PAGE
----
Sean Willett/the Gauntlet

Choosing the right type of education

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As you put in the final effort to finish papers and write exams, you might experience the common feeling of not understanding why the hell you put up with school every semester. You'll fondly look back on the days when you first began class, excited to learn something new without a worry for how long the university process would take. Things are bleaker now. Unfortunately, your new pessimistic outlook might be more fitting with reality.

It's easy to see that getting a post-secondary education isn't what it used to be. While we were promised by high school counsellors that university was the best investment we could make, both for ourselves and for the betterment of society, there is mounting evidence suggesting that's not the case.

First consider students. Although in hindsight taking advice about career choices from a high school guidance counsellor was a suspect move, at the time they seemed to know what they were talking about. And, of course, there was a time when university was a gateway to a career, regardless of what one chose to study -- our parents took advantage of this fact. The government provided more financial support to pay for school, and the purchasing power of a post-secondary education was much higher than it is now.

The problem of requiring more education for the same jobs is known as academic inflation. It goes like this: students see that those who are graduating this year aren't getting jobs, so they decide to stick around for a double major, or contemplate going to graduate school. Over time, people get more educated, but there aren't more jobs created that demand that type of education, so the supply of highly-educated people rises unnecessarily. Given the choice between a university graduate and someone with merely a high school diploma, employers will take the former. At no cost to themselves, employers encourage the practice, but perpetuate the feeling that more education is necessary.

Student debt is another serious issue. According to the Canadian Federation of Students, the average amount of student debt in Canada is now over $25,000. With lowered job prospects upon graduation, many debt-ridden students will struggle making payments for decades, thereby decreasing their total earning potential and career flexibility (employees with lots of debt are less likely to switch jobs because they risk going unemployed).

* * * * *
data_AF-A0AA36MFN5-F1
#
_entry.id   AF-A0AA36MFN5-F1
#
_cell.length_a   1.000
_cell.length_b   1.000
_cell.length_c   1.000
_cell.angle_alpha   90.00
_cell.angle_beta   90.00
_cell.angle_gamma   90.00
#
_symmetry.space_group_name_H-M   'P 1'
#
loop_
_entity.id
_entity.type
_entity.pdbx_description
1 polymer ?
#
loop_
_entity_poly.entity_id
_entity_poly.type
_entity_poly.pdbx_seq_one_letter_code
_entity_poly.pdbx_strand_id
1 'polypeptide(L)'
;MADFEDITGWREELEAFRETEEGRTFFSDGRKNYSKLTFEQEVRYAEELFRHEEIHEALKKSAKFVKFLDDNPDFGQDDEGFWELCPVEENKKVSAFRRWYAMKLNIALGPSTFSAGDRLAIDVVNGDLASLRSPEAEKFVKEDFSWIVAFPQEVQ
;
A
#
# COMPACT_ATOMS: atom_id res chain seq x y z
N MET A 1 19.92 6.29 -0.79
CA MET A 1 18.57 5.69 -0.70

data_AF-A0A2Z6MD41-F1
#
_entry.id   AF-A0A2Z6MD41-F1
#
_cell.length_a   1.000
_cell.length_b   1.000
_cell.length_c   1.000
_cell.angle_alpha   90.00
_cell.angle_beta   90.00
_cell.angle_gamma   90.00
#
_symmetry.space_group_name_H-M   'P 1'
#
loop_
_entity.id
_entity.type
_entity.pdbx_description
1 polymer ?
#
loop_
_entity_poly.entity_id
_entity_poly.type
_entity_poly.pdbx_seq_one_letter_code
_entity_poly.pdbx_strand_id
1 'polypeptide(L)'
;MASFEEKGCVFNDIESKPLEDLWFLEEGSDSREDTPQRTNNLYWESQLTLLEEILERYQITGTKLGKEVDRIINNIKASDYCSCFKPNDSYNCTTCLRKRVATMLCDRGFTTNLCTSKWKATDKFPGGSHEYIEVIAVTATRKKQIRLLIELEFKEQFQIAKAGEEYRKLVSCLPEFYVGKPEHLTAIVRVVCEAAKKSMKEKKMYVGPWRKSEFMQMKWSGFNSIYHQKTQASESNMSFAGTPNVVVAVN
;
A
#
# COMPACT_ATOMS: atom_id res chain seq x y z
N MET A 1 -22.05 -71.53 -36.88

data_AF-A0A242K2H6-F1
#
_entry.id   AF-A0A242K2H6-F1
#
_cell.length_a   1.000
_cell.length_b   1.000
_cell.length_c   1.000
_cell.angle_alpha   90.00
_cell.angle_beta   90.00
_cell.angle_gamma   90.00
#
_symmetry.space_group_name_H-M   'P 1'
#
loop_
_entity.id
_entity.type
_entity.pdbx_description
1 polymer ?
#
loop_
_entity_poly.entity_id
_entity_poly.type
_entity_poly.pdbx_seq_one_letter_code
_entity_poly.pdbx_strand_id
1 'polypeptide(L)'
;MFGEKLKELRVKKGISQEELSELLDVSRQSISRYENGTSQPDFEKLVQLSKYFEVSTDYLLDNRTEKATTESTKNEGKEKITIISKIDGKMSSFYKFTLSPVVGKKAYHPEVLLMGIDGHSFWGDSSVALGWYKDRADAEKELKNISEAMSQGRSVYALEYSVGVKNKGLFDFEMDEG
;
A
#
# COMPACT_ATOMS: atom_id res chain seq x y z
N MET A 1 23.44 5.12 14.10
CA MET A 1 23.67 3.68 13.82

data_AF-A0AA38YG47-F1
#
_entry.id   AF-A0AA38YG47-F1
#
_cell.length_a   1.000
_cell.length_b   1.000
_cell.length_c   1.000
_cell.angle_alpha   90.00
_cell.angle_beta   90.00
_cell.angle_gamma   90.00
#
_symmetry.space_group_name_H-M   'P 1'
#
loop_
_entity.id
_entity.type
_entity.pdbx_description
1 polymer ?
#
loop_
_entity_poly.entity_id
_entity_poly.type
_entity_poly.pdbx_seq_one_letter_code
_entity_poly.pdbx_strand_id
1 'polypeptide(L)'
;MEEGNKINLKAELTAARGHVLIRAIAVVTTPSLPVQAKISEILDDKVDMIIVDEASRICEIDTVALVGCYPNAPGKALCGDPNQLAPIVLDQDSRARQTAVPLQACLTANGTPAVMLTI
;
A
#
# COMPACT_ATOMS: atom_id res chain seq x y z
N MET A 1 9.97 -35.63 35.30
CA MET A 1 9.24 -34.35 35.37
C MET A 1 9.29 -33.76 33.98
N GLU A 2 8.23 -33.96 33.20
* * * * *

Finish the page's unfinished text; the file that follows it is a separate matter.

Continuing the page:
While universal access to student loans is generally good, increasing available funds also encourages universities to increase tuition costs. In America this trend is particularly pronounced: the consumer price index has increased 115 per cent since 1985, while college tuition and fees have increased 498 per cent. As universities collectively raise costs, the government increases access to student loans. It's a simple formula that hurts students most.

Academic inflation and student debt are complex issues, but both can be addressed by looking at the pressures put on young people to attend university. Many mentors, from guidance counsellors to Barack Obama, continue to encourage high school students to get a university education. Instead, educators and the government should emphasize post-secondary education more generally. Being educated in a trade or receiving a diploma from a technical college often provides better job prospects than many university degrees, while also decreasing cost to the student because of the shorter study time.

Universities are both valuable and necessary. But they are no longer the best route for many young people. For some, attending university is good for its own sake -- the case for a traditional liberal arts education is that it enhances the quality of one's life rather than one's earning potential upon graduation. Others argue that it makes better citizens. Not everyone, however, is cut out for this type of education. Further, not everyone wants it. We should stop pretending that it's the best option for all.